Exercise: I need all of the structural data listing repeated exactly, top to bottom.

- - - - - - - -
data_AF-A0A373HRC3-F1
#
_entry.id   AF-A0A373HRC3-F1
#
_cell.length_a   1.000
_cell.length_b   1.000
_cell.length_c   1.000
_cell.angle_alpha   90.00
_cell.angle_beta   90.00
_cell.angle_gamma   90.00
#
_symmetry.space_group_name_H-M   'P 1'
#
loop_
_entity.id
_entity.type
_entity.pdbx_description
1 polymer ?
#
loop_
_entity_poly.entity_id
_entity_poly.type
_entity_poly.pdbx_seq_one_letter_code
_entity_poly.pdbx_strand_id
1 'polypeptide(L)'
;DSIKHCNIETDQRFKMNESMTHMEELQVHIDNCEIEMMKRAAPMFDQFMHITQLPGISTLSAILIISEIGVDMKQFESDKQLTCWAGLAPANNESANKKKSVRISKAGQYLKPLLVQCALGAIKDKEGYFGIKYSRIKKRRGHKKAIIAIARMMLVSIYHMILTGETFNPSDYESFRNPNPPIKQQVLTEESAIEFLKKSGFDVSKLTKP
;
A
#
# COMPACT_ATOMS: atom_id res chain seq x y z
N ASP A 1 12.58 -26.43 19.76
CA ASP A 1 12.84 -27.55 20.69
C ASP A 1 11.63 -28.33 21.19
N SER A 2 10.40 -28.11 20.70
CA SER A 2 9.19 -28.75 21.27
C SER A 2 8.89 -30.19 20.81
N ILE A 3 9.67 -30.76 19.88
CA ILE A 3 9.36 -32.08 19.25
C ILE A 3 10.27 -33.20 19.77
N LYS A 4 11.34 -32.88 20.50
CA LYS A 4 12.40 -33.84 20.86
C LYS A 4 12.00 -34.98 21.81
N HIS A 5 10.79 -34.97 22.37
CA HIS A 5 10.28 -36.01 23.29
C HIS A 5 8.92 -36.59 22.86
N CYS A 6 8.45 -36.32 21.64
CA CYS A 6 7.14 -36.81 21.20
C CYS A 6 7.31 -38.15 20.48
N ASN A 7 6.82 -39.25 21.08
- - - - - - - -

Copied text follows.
data_AF-A0A373HRC3-F1
#
_entry.id   AF-A0A373HRC3-F1
#
_cell.length_a   1.000
_cell.length_b   1.000
_cell.length_c   1.000
_cell.angle_alpha   90.00
_cell.angle_beta   90.00
_cell.angle_gamma   90.00
#
_symmetry.space_group_name_H-M   'P 1'
#
loop_
_entity.id
_entity.type
_entity.pdbx_description
1 polymer ?
#
loop_
_entity_poly.entity_id
_entity_poly.type
_entity_poly.pdbx_seq_one_letter_code
_entity_poly.pdbx_strand_id
1 'polypeptide(L)'
;DSIKHCNIETDQRFKMNESMTHMEELQVHIDNCEIEMMKRAAPMFDQFMHITQLPGISTLSAILIISEIGVDMKQFESDKQLTCWAGLAPANNESANKKKSVRISKAGQYLKPLLVQCALGAIKDKEGYFGIKYSRIKKRRGHKKAIIAIARMMLVSIYHMILTGETFNPSDYESFRNPNPPIKQQVLTEESAIEFLKKSGFDVSKLTKP
;
A
#
# COMPACT_ATOMS: atom_id res chain seq x y z
N ASP A 1 12.58 -26.43 19.76
CA ASP A 1 12.84 -27.55 20.69
C ASP A 1 11.63 -28.33 21.19
N SER A 2 10.40 -28.11 20.70
CA SER A 2 9.19 -28.75 21.27
C SER A 2 8.89 -30.19 20.81
N ILE A 3 9.67 -30.76 19.88
CA ILE A 3 9.36 -32.08 19.25
C ILE A 3 10.27 -33.20 19.77
N LYS A 4 11.34 -32.88 20.50
CA LYS A 4 12.40 -33.84 20.86
C LYS A 4 12.00 -34.98 21.81
N HIS A 5 10.79 -34.97 22.37
CA HIS A 5 10.28 -36.01 23.29
C HIS A 5 8.92 -36.59 22.86
N CYS A 6 8.45 -36.32 21.64
CA CYS A 6 7.14 -36.81 21.20
C CYS A 6 7.31 -38.15 20.48
N ASN A 7 6.82 -39.25 21.08